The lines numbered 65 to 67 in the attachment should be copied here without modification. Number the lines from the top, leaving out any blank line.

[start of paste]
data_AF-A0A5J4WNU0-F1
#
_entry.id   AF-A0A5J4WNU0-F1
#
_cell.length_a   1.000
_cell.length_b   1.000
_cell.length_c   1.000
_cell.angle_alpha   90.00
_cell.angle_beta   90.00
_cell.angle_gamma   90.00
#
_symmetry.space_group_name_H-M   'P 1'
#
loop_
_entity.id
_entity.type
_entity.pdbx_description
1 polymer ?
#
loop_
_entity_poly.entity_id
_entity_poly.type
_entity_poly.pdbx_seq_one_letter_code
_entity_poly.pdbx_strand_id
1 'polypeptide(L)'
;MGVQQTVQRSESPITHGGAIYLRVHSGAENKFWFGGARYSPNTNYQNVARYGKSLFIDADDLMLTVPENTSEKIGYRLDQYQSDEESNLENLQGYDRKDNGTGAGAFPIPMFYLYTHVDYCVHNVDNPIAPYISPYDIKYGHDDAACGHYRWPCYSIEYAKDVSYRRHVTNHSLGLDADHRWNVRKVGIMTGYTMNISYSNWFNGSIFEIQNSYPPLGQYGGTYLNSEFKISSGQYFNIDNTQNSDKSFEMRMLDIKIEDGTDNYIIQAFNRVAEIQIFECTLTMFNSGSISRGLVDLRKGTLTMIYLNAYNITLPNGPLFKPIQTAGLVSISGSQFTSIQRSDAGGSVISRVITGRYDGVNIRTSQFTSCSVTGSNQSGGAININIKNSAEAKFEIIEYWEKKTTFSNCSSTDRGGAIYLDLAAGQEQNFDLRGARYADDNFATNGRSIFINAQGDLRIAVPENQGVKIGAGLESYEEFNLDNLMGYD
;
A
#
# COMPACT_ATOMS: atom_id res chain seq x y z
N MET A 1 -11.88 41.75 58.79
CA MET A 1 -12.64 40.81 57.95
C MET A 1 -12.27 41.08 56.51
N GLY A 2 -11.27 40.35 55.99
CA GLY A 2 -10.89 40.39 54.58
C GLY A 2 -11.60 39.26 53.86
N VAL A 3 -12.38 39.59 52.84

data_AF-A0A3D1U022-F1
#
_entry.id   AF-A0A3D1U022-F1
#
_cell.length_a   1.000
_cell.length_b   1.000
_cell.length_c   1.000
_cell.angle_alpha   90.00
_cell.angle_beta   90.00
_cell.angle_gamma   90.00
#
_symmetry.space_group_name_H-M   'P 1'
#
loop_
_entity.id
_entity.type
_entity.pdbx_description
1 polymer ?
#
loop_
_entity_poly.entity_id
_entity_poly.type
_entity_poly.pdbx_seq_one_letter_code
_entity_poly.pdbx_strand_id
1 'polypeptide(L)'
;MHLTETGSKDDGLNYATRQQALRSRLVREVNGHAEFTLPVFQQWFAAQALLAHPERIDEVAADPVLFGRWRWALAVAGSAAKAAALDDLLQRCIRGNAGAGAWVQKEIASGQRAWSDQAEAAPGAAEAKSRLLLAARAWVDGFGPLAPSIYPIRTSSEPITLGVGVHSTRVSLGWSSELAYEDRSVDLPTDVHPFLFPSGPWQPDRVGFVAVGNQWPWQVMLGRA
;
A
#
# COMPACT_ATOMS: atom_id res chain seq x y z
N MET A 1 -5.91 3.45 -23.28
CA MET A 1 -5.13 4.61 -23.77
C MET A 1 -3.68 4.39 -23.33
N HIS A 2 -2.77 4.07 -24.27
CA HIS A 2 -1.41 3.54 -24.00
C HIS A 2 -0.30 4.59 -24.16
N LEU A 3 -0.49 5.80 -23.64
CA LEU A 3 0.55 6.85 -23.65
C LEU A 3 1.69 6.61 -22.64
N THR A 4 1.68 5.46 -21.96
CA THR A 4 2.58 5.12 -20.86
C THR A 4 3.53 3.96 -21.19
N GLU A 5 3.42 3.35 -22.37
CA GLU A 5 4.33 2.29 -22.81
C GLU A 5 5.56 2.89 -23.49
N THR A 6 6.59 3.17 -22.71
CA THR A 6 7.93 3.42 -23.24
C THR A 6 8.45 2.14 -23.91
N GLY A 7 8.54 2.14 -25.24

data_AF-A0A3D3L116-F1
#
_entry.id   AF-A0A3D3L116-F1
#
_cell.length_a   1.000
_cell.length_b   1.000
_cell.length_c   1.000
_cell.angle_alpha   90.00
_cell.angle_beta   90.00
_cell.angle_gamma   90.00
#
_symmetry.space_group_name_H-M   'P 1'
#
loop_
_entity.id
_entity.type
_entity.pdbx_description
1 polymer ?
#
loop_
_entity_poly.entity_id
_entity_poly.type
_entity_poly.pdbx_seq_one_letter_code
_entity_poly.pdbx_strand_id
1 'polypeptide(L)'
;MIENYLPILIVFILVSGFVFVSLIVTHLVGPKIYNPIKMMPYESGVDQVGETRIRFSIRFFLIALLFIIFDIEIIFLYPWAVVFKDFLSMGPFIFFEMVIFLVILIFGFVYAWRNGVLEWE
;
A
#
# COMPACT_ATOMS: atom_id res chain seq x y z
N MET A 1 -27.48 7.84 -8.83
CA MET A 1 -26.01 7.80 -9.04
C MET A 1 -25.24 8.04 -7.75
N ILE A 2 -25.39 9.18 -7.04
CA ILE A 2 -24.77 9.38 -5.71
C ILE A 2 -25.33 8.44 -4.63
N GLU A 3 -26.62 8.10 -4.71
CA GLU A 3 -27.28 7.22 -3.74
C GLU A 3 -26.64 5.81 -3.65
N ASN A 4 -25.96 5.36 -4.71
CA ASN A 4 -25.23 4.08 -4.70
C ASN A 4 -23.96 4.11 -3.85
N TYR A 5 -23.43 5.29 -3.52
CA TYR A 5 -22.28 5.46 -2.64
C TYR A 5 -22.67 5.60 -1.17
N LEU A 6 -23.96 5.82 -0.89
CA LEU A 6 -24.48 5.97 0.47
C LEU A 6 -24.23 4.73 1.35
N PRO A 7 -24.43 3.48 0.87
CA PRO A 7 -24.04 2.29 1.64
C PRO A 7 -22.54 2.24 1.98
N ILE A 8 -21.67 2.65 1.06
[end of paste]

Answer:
A
#
# COMPACT_ATOMS: atom_id res chain seq x y z